Chasing data on two wheels – by Mark Smith
I’m new to diabetes, I’m also new to cycling but I wanted to take a data focused approach to try to understand and improve my ability to cycle. How much is diabetes impacting me and how can I control it? I wanted to use my time with a Continous Glucose Monitor (CGM) to understand and learn as much as I could. Time for some graphs I think….
I like data, control and precision
Let me introduce myself. I’m 30, I was diagnosed with Type 1 diabetes a year ago, shortly after becoming a Dad. It’s a lot to learn all at once, and I have been writing about my experiences as a way of processing them and learning.
I have always been an active person but since my diagnosis I have taken up cycling. I find it easier to carry the testing kit and carbohydrate provisions I need when out exercising. Plus the symptoms of my undiagnosed diabetes left me with less than enjoyable memories of running. A change of sport has done me good and we all know the benefits of exercise in controlling glucose levels.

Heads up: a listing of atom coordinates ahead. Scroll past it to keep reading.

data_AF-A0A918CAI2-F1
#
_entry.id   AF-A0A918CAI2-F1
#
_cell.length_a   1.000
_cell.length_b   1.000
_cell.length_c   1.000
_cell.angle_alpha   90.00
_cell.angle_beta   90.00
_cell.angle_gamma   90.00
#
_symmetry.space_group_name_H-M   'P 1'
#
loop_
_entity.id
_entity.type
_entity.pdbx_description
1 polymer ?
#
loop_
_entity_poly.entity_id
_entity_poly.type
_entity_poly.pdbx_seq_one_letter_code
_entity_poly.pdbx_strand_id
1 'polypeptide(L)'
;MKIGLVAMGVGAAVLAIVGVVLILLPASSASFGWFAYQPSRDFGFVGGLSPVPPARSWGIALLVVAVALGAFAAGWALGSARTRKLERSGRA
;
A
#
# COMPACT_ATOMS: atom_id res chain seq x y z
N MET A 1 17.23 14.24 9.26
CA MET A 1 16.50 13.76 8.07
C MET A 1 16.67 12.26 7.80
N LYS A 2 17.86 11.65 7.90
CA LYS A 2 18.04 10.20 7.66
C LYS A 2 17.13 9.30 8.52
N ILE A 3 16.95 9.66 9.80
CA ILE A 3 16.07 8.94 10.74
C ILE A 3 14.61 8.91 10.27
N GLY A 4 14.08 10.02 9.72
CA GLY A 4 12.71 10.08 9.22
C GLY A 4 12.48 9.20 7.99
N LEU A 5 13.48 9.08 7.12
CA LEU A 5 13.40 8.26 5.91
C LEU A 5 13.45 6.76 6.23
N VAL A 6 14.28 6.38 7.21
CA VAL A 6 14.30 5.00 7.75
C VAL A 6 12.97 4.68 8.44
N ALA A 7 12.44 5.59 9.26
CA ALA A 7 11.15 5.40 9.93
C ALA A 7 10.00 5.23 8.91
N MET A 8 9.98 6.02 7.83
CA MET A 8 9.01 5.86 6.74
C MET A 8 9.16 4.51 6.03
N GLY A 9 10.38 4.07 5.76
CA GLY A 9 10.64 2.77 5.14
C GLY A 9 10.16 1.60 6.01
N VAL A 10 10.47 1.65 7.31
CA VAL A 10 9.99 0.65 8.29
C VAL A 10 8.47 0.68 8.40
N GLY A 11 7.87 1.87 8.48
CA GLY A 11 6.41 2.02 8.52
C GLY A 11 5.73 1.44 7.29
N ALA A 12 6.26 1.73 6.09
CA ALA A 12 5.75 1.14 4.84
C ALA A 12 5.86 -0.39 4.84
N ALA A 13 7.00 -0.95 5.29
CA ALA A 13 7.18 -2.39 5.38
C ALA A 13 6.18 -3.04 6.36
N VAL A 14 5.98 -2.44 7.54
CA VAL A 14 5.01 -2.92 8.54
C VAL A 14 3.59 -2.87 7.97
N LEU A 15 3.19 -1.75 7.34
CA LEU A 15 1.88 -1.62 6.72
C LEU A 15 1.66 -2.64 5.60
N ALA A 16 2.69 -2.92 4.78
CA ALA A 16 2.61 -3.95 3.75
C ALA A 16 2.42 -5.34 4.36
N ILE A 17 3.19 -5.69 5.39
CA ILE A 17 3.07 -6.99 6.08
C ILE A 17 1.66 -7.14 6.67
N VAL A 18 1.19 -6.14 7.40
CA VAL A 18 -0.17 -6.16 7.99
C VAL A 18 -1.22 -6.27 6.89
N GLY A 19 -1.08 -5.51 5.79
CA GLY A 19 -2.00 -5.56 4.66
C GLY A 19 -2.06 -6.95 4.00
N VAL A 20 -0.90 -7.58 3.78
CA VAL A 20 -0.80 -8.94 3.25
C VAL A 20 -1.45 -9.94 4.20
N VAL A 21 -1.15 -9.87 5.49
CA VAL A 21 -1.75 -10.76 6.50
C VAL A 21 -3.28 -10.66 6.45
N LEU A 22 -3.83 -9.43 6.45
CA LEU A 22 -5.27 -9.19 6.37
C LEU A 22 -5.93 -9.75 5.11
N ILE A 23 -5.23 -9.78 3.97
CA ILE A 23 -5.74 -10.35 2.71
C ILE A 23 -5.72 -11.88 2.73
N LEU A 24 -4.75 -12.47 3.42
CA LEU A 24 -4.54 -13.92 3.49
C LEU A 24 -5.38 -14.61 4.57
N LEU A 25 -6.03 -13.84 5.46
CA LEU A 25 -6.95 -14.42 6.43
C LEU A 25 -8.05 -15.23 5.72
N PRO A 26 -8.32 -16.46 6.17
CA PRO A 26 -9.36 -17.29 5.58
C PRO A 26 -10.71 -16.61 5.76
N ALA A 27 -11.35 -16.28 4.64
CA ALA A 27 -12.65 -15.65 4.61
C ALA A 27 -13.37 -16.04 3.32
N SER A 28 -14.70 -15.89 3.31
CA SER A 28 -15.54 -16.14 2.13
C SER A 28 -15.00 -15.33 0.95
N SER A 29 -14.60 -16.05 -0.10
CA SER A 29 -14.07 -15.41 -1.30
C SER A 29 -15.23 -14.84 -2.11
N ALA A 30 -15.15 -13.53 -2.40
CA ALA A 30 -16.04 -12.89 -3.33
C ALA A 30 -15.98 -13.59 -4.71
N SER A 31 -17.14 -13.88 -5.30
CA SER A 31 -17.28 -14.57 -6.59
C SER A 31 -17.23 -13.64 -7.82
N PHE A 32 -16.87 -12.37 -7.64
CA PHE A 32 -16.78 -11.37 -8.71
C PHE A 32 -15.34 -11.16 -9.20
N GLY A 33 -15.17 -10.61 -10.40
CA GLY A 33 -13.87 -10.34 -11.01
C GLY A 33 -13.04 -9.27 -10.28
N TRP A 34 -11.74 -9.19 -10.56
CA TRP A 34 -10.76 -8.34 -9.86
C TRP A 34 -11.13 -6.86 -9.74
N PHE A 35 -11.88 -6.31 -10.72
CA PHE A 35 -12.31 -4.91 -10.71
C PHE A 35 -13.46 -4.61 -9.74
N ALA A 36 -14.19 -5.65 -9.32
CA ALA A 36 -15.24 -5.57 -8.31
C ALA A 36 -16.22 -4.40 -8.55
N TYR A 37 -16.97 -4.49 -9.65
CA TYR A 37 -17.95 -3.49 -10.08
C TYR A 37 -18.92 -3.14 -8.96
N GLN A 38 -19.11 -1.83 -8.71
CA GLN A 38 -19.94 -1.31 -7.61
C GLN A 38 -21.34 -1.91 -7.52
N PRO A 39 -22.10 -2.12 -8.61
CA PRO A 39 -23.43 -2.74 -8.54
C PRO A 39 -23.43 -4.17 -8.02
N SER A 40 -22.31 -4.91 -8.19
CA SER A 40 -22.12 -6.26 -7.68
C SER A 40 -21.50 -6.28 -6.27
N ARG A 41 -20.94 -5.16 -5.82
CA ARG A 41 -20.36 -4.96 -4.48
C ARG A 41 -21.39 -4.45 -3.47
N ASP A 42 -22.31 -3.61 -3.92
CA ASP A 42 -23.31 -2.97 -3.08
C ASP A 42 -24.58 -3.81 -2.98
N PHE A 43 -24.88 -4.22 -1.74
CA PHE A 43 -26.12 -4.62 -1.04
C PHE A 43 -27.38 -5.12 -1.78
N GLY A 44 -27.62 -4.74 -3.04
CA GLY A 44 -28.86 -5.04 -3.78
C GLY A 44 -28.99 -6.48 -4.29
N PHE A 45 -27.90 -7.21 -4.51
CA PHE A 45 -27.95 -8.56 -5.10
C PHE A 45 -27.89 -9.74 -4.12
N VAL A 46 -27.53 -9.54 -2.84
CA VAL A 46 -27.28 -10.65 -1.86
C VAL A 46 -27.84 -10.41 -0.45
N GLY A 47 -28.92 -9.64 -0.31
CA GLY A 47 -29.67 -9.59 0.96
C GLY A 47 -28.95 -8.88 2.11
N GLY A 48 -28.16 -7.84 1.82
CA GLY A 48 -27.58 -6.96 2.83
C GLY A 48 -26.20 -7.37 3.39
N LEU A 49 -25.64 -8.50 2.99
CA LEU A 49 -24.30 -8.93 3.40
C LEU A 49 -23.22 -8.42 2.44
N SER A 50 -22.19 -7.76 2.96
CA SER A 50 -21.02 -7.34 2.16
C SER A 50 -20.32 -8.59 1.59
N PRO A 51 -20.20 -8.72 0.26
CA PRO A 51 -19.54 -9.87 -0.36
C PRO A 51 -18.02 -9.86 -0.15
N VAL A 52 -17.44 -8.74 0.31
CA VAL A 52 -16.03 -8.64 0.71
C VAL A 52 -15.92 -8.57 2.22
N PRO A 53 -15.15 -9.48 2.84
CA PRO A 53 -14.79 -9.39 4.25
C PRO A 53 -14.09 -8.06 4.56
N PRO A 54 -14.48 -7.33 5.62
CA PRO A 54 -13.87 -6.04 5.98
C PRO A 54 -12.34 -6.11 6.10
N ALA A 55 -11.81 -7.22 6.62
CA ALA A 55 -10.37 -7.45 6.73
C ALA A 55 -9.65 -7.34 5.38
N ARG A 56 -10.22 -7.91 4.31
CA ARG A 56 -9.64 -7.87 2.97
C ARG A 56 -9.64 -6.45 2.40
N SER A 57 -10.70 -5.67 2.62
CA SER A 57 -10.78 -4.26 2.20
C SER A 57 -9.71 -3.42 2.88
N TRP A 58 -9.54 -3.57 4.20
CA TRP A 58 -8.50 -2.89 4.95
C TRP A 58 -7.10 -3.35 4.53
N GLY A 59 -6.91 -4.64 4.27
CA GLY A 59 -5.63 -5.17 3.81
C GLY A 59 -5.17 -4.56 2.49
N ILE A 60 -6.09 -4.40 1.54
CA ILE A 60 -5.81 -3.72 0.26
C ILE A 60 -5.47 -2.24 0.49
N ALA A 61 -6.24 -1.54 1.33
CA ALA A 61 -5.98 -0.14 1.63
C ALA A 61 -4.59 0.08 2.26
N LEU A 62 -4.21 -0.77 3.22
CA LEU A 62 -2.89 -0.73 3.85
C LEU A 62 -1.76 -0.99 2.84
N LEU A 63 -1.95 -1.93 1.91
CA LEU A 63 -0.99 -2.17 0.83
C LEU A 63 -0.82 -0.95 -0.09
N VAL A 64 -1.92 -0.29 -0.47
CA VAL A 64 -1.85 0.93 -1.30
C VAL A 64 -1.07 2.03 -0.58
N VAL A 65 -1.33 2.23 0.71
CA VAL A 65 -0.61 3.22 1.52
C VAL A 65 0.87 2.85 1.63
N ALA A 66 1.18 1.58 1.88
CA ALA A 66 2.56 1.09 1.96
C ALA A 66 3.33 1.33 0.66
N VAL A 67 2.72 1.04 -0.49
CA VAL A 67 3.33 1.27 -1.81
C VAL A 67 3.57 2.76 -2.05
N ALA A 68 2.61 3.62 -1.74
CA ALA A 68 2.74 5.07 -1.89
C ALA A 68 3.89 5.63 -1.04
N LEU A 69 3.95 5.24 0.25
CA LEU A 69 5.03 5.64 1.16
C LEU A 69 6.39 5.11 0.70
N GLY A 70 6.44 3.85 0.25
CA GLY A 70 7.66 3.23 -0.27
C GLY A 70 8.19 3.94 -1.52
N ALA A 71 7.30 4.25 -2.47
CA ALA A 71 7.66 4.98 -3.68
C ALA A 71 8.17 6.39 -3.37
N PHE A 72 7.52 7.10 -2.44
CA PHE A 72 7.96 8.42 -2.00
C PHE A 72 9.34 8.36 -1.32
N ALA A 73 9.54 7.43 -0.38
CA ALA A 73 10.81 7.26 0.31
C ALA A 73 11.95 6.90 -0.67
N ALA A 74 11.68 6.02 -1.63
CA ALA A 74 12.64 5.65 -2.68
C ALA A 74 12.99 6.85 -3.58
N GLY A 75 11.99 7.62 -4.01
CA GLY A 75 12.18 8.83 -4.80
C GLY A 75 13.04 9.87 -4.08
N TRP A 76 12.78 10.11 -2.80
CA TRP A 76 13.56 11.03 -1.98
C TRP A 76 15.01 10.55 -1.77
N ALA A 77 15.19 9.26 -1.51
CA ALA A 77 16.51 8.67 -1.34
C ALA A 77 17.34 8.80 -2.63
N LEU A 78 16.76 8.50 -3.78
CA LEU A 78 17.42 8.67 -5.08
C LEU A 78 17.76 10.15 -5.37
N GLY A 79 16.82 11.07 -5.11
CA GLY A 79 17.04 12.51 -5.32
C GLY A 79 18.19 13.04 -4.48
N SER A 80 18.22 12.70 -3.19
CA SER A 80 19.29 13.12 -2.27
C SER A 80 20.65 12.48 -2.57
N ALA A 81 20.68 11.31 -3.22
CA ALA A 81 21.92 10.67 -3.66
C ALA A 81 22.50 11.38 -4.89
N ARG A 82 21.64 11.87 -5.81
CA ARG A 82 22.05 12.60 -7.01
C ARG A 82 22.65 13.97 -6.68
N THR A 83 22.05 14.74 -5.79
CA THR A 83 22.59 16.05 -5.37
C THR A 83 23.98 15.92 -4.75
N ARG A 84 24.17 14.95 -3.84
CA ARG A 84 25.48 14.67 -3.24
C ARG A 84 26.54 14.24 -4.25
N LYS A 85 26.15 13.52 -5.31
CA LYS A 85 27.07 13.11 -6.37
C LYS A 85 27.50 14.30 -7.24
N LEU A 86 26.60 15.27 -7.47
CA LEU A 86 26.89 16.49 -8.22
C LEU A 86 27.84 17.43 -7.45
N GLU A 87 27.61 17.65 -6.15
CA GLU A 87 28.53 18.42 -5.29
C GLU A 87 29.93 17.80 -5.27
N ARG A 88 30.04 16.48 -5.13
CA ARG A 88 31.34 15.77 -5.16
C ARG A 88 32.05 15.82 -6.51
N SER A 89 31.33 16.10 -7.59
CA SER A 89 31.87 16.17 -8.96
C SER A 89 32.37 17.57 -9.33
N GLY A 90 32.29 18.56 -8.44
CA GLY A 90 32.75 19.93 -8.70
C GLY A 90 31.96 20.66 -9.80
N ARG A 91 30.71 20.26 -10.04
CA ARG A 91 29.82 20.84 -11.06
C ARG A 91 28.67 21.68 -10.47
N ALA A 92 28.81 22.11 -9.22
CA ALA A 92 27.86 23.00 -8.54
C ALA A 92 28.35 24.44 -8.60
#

I have also always been a numbers person. I like data, control, precision. This has really impacted how I have tried to deal with diabetes (in both positive and negative ways!) but when I got the chance to trial the FreeStyle Libre CGM for two weeks, I wanted to maximise what I got out of it. The aim is to be better at managing my glucose levels when I’m out on the bike, so I immediately signed up for a sportive during the CGM trial period.
For those people not into wearing lycra and telling yourself you are going fast while cars fly past you on country roads, a sportive is generally a long distance event that is not competitive. You get your time but there are no leader boards, winners or prizes. It’s a relaxed atmosphere, so a perfect setting for a data collection exercise.
Being new to cycling, sportives are also new to me, this was going to be my first. 61 miles of Wiltshire countryside to not race round. My focus would be on trying to fuel for the ride and better understand what my body is doing while I’m pedalling. Having done some research before the event, my nutrition would consist of glucose sipping a high carb drink, along with eating slow release carbs from solid foods at set points, including the start and half way point.